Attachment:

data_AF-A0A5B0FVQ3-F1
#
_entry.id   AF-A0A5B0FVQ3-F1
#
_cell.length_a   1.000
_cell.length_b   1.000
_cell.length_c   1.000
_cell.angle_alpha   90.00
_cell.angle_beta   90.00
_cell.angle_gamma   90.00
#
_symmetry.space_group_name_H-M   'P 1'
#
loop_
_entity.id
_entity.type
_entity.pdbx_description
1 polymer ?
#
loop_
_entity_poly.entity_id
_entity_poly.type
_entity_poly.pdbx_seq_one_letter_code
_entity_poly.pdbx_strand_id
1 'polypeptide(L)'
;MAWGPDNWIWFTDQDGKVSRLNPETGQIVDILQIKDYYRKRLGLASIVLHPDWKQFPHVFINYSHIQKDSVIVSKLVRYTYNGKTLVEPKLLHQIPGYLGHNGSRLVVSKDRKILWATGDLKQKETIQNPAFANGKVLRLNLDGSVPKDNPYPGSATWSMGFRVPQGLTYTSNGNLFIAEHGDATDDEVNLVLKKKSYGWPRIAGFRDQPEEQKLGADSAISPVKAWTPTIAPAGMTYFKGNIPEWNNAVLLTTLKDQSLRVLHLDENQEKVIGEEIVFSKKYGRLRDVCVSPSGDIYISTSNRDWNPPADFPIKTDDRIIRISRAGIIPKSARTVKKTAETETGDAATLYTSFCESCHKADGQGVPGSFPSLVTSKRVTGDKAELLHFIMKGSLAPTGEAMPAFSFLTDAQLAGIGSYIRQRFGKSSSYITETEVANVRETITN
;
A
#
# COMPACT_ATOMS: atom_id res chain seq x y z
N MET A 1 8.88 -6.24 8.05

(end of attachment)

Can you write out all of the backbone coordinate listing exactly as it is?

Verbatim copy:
data_AF-A0A5B0FVQ3-F1
#
_entry.id   AF-A0A5B0FVQ3-F1
#
_cell.length_a   1.000
_cell.length_b   1.000
_cell.length_c   1.000
_cell.angle_alpha   90.00
_cell.angle_beta   90.00
_cell.angle_gamma   90.00
#
_symmetry.space_group_name_H-M   'P 1'
#
loop_
_entity.id
_entity.type
_entity.pdbx_description
1 polymer ?
#
loop_
_entity_poly.entity_id
_entity_poly.type
_entity_poly.pdbx_seq_one_letter_code
_entity_poly.pdbx_strand_id
1 'polypeptide(L)'
;MAWGPDNWIWFTDQDGKVSRLNPETGQIVDILQIKDYYRKRLGLASIVLHPDWKQFPHVFINYSHIQKDSVIVSKLVRYTYNGKTLVEPKLLHQIPGYLGHNGSRLVVSKDRKILWATGDLKQKETIQNPAFANGKVLRLNLDGSVPKDNPYPGSATWSMGFRVPQGLTYTSNGNLFIAEHGDATDDEVNLVLKKKSYGWPRIAGFRDQPEEQKLGADSAISPVKAWTPTIAPAGMTYFKGNIPEWNNAVLLTTLKDQSLRVLHLDENQEKVIGEEIVFSKKYGRLRDVCVSPSGDIYISTSNRDWNPPADFPIKTDDRIIRISRAGIIPKSARTVKKTAETETGDAATLYTSFCESCHKADGQGVPGSFPSLVTSKRVTGDKAELLHFIMKGSLAPTGEAMPAFSFLTDAQLAGIGSYIRQRFGKSSSYITETEVANVRETITN
;
A
#
# COMPACT_ATOMS: atom_id res chain seq x y z
N MET A 1 8.88 -6.24 8.05